Niangao

Niangao is a food prepared from glutinous rice and consumed in Zhejiang cuisine. Sharing a similar pronunciation to “higher year” in Chinese, this kind of food is considered to be propitious and lucky. Also known as a rice cake, this sticky sweet snack was believed to have been an offering to the Kitchen God, so that his mouth would be stuck with the sticky cake and he could not badmouth the human family in front of the Jade Emperor.


Fried Niangao


At the end of the year, people living in the rural area in Zhejiang make niangao in preparation for the New Year. The first step of making niangao is to mix the glutinous rice with ordinary rice in a special proportion. The larger the proportion of glutinous rice is, the stickier the niangao will be. Then wash the rice in flowing water and drain the rice when the rice slightly expands. Grind the rice into a powder and steam it in a big steam pot until the powder becomes a paste. Next the hot rice paste is placed in a big stone mortar, and traditionally the strongest men in the village smash it with a big heavy wooden hammer. This step is to make the niangao chewier. Finally the smashed niangao will be shaped into strip cakes.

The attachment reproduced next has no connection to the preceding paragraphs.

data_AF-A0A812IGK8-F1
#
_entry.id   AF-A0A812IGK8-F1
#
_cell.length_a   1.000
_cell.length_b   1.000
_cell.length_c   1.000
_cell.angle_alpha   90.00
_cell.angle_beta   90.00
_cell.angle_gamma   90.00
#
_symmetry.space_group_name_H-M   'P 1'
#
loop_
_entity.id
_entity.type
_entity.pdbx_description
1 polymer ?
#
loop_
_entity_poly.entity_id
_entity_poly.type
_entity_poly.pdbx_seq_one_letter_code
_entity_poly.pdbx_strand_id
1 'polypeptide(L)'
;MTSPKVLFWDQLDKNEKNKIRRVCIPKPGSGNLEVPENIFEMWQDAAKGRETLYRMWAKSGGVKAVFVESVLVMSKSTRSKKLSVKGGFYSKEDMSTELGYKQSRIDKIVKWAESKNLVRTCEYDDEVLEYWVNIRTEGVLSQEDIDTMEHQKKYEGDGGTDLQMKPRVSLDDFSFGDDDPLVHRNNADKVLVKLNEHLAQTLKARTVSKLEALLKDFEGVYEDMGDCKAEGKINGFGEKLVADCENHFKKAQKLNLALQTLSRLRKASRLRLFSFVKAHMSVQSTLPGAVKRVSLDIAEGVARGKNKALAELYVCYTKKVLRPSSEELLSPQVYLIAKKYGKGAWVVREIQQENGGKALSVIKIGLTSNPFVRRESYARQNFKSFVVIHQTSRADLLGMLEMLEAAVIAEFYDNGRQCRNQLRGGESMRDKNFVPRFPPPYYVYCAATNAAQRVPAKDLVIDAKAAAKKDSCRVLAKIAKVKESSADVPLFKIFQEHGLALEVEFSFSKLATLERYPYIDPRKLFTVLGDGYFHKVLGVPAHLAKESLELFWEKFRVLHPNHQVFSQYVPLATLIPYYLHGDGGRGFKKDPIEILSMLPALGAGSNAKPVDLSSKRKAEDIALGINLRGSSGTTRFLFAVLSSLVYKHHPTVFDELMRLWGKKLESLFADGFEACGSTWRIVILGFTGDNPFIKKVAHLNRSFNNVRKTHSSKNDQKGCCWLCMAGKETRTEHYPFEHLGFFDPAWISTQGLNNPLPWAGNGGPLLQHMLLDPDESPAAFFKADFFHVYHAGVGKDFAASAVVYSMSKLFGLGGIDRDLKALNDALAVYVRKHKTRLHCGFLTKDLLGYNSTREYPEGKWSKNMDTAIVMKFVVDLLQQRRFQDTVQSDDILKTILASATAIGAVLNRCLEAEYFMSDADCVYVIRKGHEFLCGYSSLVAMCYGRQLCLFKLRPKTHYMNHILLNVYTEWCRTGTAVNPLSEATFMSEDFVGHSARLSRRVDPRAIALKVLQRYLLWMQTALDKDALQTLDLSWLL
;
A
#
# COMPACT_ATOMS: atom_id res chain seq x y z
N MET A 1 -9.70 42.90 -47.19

Niangao Cooked in Ketchup


Niangao can be made into a variety of dishes. If you like it sweet, just steam some niangao and dip it in syrup. If you are a big fan of seafood, fried niangao with swimming crab is a must-try. Fried niangao with sauce is a common street snack. Stir-fried Niaogao slices are also a good option for lunch.